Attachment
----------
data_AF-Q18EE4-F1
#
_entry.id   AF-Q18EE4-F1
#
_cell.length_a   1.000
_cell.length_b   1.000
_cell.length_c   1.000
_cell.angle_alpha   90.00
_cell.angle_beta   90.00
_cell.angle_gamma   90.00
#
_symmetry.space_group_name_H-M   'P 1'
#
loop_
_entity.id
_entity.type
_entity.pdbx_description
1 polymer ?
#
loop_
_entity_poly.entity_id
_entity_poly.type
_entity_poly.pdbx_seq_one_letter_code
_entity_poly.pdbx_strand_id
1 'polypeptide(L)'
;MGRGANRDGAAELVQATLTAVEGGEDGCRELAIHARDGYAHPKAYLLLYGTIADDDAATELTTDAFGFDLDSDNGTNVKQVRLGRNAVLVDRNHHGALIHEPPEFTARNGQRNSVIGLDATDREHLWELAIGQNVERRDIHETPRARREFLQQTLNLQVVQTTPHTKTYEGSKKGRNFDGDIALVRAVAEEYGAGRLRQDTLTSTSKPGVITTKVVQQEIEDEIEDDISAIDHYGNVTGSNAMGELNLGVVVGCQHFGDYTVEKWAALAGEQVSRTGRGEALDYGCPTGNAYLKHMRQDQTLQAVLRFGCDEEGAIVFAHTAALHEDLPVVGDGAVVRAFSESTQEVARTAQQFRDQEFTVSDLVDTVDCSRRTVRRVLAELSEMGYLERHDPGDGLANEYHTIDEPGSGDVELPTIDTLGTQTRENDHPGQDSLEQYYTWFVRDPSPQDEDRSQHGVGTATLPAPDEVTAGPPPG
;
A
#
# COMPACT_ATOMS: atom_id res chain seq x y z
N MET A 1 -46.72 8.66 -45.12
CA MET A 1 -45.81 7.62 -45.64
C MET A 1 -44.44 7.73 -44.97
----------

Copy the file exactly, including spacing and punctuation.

data_AF-Q18EE4-F1
#
_entry.id   AF-Q18EE4-F1
#
_cell.length_a   1.000
_cell.length_b   1.000
_cell.length_c   1.000
_cell.angle_alpha   90.00
_cell.angle_beta   90.00
_cell.angle_gamma   90.00
#
_symmetry.space_group_name_H-M   'P 1'
#
loop_
_entity.id
_entity.type
_entity.pdbx_description
1 polymer ?
#
loop_
_entity_poly.entity_id
_entity_poly.type
_entity_poly.pdbx_seq_one_letter_code
_entity_poly.pdbx_strand_id
1 'polypeptide(L)'
;MGRGANRDGAAELVQATLTAVEGGEDGCRELAIHARDGYAHPKAYLLLYGTIADDDAATELTTDAFGFDLDSDNGTNVKQVRLGRNAVLVDRNHHGALIHEPPEFTARNGQRNSVIGLDATDREHLWELAIGQNVERRDIHETPRARREFLQQTLNLQVVQTTPHTKTYEGSKKGRNFDGDIALVRAVAEEYGAGRLRQDTLTSTSKPGVITTKVVQQEIEDEIEDDISAIDHYGNVTGSNAMGELNLGVVVGCQHFGDYTVEKWAALAGEQVSRTGRGEALDYGCPTGNAYLKHMRQDQTLQAVLRFGCDEEGAIVFAHTAALHEDLPVVGDGAVVRAFSESTQEVARTAQQFRDQEFTVSDLVDTVDCSRRTVRRVLAELSEMGYLERHDPGDGLANEYHTIDEPGSGDVELPTIDTLGTQTRENDHPGQDSLEQYYTWFVRDPSPQDEDRSQHGVGTATLPAPDEVTAGPPPG
;
A
#
# COMPACT_ATOMS: atom_id res chain seq x y z
N MET A 1 -46.72 8.66 -45.12
CA MET A 1 -45.81 7.62 -45.64
C MET A 1 -44.44 7.73 -44.97